If thy neighbours which thou knowest be served, and thou yet have superfluity, and hearest necessity to be among the brethren a thousand miles of, to them art thou debtor. Yea, to the very infidels we be debtors, if they need, as far forth as we maintain them not against Christ, or to blaspheme Christ. Thus is every man that needeth thy help, thy father, mother, sister and brother in Christ ; even as every man that doth the will of the father, is father, mother, sister and brother unto Christ.
Moreover if any be an infidel and a false Christian, and forsake his household, his wife, children, and such as cannot help themselves, then art thou bound and thou have wherewith even as much as to thine own household. And they have as good right in thy goods as thou thyself: and if thou withdraw mercy from them, and hast wherewith to help them, then art thou a thief. If thou shew mercy, so doest thou thy duty, and art a faithful minister in the household of Christ, and of Christ shalt thou have thy reward and thanks. If the whole world were thine, yet hath every brother his right in thy goods, and is heir with thee, as we are all heirs with Christ. Moreover the rich and they that have wisdom with them must see the poor set a work, that as many as are able may feed themselves with the labour of their own hands, according to die Scripture and commandment of God.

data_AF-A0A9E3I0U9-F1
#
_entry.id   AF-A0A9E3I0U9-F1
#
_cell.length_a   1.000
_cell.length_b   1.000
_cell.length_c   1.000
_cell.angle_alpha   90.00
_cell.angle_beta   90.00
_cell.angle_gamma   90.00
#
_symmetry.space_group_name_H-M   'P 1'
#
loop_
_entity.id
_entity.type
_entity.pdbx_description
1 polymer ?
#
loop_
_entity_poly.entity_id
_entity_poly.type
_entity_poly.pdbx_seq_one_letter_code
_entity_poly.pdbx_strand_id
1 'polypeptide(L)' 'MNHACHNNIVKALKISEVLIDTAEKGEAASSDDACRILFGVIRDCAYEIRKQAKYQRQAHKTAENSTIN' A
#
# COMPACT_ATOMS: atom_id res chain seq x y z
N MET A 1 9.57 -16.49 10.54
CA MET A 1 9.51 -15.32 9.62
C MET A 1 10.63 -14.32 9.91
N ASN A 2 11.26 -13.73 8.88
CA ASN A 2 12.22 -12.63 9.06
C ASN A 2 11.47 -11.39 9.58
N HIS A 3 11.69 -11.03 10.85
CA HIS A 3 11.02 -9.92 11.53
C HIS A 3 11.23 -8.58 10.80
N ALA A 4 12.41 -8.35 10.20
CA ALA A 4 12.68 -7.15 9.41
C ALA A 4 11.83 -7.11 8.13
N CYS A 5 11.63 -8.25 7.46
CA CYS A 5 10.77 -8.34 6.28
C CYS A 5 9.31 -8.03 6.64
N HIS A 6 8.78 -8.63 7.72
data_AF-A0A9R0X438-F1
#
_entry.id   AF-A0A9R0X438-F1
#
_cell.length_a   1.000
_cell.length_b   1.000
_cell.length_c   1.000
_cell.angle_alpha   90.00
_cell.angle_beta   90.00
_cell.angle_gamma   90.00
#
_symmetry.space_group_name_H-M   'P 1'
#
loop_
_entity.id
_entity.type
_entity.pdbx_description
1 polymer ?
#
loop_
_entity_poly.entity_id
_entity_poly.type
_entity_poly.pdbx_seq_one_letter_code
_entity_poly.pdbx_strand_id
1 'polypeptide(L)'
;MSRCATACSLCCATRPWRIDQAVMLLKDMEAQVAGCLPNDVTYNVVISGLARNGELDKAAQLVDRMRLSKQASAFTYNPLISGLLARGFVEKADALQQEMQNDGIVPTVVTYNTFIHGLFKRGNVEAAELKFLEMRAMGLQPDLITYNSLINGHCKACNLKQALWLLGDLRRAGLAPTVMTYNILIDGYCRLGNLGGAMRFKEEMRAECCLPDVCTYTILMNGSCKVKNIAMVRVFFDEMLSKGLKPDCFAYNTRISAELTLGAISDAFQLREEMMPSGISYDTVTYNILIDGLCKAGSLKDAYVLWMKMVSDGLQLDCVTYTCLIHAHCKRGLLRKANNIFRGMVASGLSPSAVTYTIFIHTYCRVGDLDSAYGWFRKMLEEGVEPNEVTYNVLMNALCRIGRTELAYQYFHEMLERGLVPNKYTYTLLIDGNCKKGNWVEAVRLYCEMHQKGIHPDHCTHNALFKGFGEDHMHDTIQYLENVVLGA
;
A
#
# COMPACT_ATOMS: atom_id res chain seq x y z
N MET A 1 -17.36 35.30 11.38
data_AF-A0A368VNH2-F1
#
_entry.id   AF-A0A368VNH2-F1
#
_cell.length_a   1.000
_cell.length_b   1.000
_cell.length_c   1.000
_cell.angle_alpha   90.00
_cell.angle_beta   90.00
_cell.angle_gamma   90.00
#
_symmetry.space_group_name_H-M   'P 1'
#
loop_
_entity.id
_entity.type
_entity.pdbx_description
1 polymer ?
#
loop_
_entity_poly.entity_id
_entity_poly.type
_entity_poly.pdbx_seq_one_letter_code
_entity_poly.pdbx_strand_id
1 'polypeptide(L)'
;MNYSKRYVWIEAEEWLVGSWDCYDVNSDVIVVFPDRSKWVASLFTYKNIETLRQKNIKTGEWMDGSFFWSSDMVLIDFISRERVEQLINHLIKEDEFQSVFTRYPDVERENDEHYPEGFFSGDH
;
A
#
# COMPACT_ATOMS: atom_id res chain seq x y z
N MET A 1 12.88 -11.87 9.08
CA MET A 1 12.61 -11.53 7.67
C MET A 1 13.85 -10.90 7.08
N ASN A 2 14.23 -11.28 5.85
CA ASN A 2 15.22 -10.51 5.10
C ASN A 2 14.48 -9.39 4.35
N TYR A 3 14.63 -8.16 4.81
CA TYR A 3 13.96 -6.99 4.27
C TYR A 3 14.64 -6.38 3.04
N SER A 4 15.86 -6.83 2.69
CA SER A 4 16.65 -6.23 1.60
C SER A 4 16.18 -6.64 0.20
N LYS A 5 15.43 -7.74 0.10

William Tyndale, “The Parable of Wicked Mammon,” Tyndale W & Frith J The Works Of The English And Scottish Reformers Vol 2 1828
William Tyndale was martyred in 1536 for his translating the Bible into English. Tyndale’s paragraphs here offer a wonderful refresher course in Christian social concern, from how it relates to our faith, to whom the concern should extend.